Dan, a lawyer who headed the group, commented, “I’m down with your stream of consciousness writing method.” Well, he seemed to like my style and what he read. That stuck in my mind. So when it came time to create a subtitle this fit the nature of it better than anything I could think of. Thus the subtitle. So there you have it.

Amazon Smashwords Createspace

What these three have in common is that I have to create a book format for each of these platforms. Amazon, of course, is for the ebook Kindle version. Smashwords has ebook distribution deals with something like thirty retailers such as Apple, Barnes & Noble, Diesel, etc. And Createspace, owned by Amazon, is for the paperback version.

I went through the grueling process before, and each platform is unique to itself. For Amazon I have to convert my book to an html file. Fortunately for me I know html code. So I’m able to create the CSS stylesheet, plug in my html tags like <p> and <i> and such. But doing this is a grueling process. Thank you Lord for Regular Expressions. Now mind you, I know very little about using Regular Expressions, but I was able to garner enough off the internet to put this feature to use. In simple terms, I used Regular Expressions to search for the start of every paragraph and to automatically plop a <p> there. <p> is html code for start a paragraph. Using the code isn’t too hard in an of itself, but having scour a 250 page document and get all those little tags in the right place is time-consuming. Except Regular Expressions make this soooo much easier.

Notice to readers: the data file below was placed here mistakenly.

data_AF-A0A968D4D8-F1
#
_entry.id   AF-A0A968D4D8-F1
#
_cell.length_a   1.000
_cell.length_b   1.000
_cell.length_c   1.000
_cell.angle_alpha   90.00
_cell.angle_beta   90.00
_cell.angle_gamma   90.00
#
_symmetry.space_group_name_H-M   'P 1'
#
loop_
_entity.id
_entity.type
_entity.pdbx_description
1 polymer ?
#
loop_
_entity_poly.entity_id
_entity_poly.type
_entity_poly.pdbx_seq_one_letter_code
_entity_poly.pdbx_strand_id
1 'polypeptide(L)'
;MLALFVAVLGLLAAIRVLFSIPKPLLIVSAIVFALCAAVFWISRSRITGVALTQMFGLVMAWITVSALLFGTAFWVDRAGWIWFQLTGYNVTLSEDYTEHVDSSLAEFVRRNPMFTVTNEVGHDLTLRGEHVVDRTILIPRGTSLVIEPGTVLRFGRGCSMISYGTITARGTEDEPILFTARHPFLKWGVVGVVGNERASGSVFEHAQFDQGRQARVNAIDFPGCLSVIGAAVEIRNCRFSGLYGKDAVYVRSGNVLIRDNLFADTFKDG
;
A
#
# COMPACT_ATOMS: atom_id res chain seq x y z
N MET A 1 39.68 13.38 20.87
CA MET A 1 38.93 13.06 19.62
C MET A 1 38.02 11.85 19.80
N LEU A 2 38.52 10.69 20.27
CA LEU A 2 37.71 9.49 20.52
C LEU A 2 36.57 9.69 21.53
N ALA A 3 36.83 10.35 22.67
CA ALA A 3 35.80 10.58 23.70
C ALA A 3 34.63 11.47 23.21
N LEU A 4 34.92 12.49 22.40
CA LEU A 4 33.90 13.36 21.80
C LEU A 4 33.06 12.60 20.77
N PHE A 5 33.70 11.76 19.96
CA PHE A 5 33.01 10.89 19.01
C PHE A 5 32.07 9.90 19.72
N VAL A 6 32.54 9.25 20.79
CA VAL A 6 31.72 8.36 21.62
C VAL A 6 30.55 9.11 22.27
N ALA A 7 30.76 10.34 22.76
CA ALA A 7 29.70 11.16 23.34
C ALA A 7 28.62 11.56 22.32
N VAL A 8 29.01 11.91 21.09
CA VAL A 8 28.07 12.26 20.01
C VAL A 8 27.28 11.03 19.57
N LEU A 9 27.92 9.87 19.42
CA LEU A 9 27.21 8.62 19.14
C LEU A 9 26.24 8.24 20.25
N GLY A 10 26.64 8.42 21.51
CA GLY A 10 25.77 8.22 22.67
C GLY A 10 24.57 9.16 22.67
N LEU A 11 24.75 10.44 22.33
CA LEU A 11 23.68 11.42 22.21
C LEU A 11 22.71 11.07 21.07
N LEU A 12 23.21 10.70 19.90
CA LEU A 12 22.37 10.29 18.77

So having been through the fire once before with my first nonfiction book Curveballs: Sweet & Smokey Down The Barbeque Trail, which took weeks, the process this time around for my 2nd nonfiction book, Note To Self: The Story of My Atlanta Scream, Holler, and Stomp, is much, much easier. To the tune of days rather than weeks.

For Smashwords they want a Microsoft Word document. Not too hard in and of itself, except they have a stringent set of rules that must be adhered to. Don’t follow the rules to a tee and their MeatGrinder program spits you out like bad spinach. And the the error codes are cryptic at best. Fortunately they provide lots of documentation and examples of how to do it. But the documentation can be overwhelming. But when all is said is done what the require isn’t that much, but it takes a lot to get to the point of figuring out that what they want isn’t that much.  But once my document makes through their Meatgrinder they do the rest, converting it into ebook formats for each retailer and then distributing those ebooks to them. No fuss, no muss. And the beauty is that if I have to make an editing change I simple make the changes I want to my single document, resubmit to Smashwords, and they take it from there. So in that regard it is truly one stop shopping.

And finally, for Createspace, I have to create a PDF document formatted to their specifications. Again, I have to follow their rules, which aren’t overwhelming, and they provide lots of templates to just plug and play. But again, the first time through the process is painstaking for even though they do their best to make it simple, it is still a process. But the end result looks spiffy. And making changes are easy, although their process is a bit on the clunky side, but that’s the way it goes.

As I said before, I’ve been through this process before with my first book. From that I have access to templates and tricks and shortcuts that has cut my time down from a head scratching weeks to a more than bearable days. Not bad.

My 2nd book, when?

Now that I’ve revealed the name of my 2nd nonfiction book, Note To Self: The Story of My Atlanta Scream, Holler, and Stomp, I’ve started the arduous formatting process. Since I self-publish my own books I do everything, and that includes formatting.

The bad news is that it is a precise, painstaking process. The good news is that since I’ve already gone through the process with my first book, Curveballs: Sweet & Smokey Down The Barbeque Trail, it isn’t as arduous as if I’d never gone through it before.

But here’s the kicker. I’ve edited and proofread my book a bazillion times…and I still find little errors here and there. Arrggghh! But the show must go on. So I’ll continue to format my book until I have it just right, and then go through and proof read it again.